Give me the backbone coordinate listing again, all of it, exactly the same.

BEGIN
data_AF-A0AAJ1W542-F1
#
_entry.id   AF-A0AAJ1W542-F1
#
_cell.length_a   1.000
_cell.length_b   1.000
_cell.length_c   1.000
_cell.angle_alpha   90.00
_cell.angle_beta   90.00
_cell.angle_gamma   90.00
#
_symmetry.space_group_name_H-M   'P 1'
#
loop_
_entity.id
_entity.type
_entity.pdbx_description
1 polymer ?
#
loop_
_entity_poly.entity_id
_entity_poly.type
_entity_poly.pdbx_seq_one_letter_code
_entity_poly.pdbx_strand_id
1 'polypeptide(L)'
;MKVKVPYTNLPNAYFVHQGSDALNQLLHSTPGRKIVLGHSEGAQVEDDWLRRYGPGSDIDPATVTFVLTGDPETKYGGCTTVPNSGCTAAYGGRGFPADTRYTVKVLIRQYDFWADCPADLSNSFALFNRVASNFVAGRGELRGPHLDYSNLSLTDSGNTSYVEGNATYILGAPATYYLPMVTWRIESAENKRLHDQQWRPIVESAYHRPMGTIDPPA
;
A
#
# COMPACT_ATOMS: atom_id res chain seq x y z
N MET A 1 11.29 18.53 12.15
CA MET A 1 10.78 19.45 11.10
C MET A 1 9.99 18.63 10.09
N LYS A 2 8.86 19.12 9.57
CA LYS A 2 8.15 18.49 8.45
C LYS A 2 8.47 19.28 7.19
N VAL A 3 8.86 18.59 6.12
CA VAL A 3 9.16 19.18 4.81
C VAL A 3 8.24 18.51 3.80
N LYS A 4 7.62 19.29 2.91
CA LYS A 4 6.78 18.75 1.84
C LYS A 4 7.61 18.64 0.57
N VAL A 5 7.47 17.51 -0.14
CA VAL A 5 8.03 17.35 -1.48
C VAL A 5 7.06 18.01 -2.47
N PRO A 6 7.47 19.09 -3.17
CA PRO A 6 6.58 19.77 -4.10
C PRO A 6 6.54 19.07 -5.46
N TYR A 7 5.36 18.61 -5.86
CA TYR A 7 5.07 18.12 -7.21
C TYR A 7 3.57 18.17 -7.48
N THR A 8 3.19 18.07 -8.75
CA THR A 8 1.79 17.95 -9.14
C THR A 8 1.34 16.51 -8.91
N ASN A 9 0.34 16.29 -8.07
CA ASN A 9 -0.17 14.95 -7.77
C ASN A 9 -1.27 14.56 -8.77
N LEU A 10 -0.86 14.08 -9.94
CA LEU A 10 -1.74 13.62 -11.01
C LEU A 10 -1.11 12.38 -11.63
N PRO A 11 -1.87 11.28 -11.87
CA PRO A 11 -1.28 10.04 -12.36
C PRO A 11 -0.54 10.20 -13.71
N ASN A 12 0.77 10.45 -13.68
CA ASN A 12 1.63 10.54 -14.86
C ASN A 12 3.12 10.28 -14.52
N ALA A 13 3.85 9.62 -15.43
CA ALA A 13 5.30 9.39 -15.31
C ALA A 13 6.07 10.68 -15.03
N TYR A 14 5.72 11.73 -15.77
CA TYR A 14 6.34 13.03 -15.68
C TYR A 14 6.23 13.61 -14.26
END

data_AF-A0AAJ1W542-F1
#
_entry.id   AF-A0AAJ1W542-F1
#
_cell.length_a   1.000
_cell.length_b   1.000
_cell.length_c   1.000
_cell.angle_alpha   90.00
_cell.angle_beta   90.00
_cell.angle_gamma   90.00
#
_symmetry.space_group_name_H-M   'P 1'
#
loop_
_entity.id
_entity.type
_entity.pdbx_description
1 polymer ?
#
loop_
_entity_poly.entity_id
_entity_poly.type
_entity_poly.pdbx_seq_one_letter_code
_entity_poly.pdbx_strand_id
1 'polypeptide(L)'
;MKVKVPYTNLPNAYFVHQGSDALNQLLHSTPGRKIVLGHSEGAQVEDDWLRRYGPGSDIDPATVTFVLTGDPETKYGGCTTVPNSGCTAAYGGRGFPADTRYTVKVLIRQYDFWADCPADLSNSFALFNRVASNFVAGRGELRGPHLDYSNLSLTDSGNTSYVEGNATYILGAPATYYLPMVTWRIESAENKRLHDQQWRPIVESAYHRPMGTIDPPA
;
A
#
# COMPACT_ATOMS: atom_id res chain seq x y z
N MET A 1 11.29 18.53 12.15
CA MET A 1 10.78 19.45 11.10
C MET A 1 9.99 18.63 10.09
N LYS A 2 8.86 19.12 9.57
CA LYS A 2 8.15 18.49 8.45
C LYS A 2 8.47 19.28 7.19
N VAL A 3 8.86 18.59 6.12
CA VAL A 3 9.16 19.18 4.81
C VAL A 3 8.24 18.51 3.80
N LYS A 4 7.62 19.29 2.91
CA LYS A 4 6.78 18.75 1.84
C LYS A 4 7.61 18.64 0.57
N VAL A 5 7.47 17.51 -0.14
CA VAL A 5 8.03 17.35 -1.48
C VAL A 5 7.06 18.01 -2.47
N PRO A 6 7.47 19.09 -3.17
CA PRO A 6 6.58 19.77 -4.10
C PRO A 6 6.54 19.07 -5.46
N TYR A 7 5.36 18.61 -5.86
CA TYR A 7 5.07 18.12 -7.21
C TYR A 7 3.57 18.17 -7.48
N THR A 8 3.19 18.07 -8.75
CA THR A 8 1.79 17.95 -9.14
C THR A 8 1.34 16.51 -8.91
N ASN A 9 0.34 16.29 -8.07
CA ASN A 9 -0.17 14.95 -7.77
C ASN A 9 -1.27 14.56 -8.77
N LEU A 10 -0.86 14.08 -9.94
CA LEU A 10 -1.74 13.62 -11.01
C LEU A 10 -1.11 12.38 -11.63
N PRO A 11 -1.87 11.28 -11.87
CA PRO A 11 -1.28 10.04 -12.36
C PRO A 11 -0.54 10.20 -13.71
N ASN A 12 0.77 10.45 -13.68
CA ASN A 12 1.63 10.54 -14.86
C ASN A 12 3.12 10.28 -14.52
N ALA A 13 3.85 9.62 -15.43
CA ALA A 13 5.30 9.39 -15.31
C ALA A 13 6.07 10.68 -15.03
N TYR A 14 5.72 11.73 -15.77
CA TYR A 14 6.34 13.03 -15.68
C TYR A 14 6.23 13.61 -14.26